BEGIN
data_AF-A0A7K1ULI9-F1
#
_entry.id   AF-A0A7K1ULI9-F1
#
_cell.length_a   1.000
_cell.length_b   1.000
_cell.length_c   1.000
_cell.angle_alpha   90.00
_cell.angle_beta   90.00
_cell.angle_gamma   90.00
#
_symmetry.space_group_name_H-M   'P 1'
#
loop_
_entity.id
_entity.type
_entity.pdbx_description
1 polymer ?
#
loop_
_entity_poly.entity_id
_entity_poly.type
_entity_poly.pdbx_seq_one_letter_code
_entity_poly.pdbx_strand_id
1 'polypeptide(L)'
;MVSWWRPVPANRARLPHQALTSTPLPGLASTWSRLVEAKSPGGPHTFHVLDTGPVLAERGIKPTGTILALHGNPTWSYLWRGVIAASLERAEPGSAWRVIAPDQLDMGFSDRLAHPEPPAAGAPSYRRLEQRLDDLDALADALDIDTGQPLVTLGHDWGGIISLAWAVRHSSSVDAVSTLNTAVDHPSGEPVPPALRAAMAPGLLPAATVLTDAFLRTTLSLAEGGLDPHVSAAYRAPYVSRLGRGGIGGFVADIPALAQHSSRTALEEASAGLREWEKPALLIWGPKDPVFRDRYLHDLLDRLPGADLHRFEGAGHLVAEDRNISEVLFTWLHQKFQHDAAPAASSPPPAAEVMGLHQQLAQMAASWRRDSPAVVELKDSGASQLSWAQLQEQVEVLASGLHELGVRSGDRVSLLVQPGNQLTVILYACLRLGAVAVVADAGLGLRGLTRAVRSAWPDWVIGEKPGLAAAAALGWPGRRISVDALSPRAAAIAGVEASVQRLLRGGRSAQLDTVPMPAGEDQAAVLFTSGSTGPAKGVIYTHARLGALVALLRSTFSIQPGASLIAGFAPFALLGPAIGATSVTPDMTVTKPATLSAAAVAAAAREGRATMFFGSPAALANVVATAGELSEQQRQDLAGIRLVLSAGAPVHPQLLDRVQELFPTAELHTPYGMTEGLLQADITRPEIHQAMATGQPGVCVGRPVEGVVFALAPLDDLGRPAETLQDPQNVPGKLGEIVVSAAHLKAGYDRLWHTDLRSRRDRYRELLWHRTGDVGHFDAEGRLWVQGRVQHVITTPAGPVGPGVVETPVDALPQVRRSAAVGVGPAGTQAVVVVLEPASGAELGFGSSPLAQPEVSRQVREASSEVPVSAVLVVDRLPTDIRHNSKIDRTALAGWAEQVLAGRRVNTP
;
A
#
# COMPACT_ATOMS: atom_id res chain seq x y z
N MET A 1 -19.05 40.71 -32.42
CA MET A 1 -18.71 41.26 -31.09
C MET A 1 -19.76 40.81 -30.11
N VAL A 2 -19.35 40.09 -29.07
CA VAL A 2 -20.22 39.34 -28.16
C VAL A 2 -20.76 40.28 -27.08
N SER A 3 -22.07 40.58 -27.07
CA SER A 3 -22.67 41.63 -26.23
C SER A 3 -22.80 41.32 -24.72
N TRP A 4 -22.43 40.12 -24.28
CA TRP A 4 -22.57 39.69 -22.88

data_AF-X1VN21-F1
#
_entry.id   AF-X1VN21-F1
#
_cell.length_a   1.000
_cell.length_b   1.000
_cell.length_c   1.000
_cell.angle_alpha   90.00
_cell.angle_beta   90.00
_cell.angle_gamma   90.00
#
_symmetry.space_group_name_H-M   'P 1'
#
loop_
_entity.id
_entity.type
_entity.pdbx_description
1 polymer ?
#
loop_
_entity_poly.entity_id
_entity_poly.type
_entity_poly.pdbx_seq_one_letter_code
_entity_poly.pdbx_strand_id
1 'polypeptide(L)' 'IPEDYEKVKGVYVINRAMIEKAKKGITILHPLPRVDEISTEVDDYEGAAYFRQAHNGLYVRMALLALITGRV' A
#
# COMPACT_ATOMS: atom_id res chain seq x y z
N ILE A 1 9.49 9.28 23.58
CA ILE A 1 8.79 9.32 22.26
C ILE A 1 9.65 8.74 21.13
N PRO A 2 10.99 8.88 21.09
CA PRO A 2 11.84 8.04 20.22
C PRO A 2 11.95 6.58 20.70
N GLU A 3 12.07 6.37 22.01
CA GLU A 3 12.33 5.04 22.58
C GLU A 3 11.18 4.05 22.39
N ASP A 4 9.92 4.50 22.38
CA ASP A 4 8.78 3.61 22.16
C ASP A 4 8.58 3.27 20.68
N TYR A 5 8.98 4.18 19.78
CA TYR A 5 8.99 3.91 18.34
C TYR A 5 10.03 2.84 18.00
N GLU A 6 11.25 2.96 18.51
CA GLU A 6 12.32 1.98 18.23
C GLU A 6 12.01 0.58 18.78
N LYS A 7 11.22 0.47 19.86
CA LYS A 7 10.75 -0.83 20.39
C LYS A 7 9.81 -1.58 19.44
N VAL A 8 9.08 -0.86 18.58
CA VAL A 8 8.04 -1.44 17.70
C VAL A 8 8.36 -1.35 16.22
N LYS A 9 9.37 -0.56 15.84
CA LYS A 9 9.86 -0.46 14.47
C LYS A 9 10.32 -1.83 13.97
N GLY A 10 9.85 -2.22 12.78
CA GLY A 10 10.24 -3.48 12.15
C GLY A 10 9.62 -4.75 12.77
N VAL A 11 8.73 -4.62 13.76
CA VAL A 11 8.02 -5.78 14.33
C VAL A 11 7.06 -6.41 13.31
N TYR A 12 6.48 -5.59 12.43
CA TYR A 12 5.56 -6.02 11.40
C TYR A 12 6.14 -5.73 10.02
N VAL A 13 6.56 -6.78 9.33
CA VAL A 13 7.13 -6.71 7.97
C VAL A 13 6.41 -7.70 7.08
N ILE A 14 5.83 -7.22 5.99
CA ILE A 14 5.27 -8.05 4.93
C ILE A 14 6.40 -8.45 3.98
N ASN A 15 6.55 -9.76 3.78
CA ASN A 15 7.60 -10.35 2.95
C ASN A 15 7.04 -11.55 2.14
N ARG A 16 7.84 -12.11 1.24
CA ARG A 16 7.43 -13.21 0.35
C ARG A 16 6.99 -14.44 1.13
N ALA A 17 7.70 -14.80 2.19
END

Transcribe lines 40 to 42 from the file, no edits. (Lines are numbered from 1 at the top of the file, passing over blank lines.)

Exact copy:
N TRP A 4 -22.43 40.12 -24.28
CA TRP A 4 -22.57 39.69 -22.88

data_AF-X1VN21-F1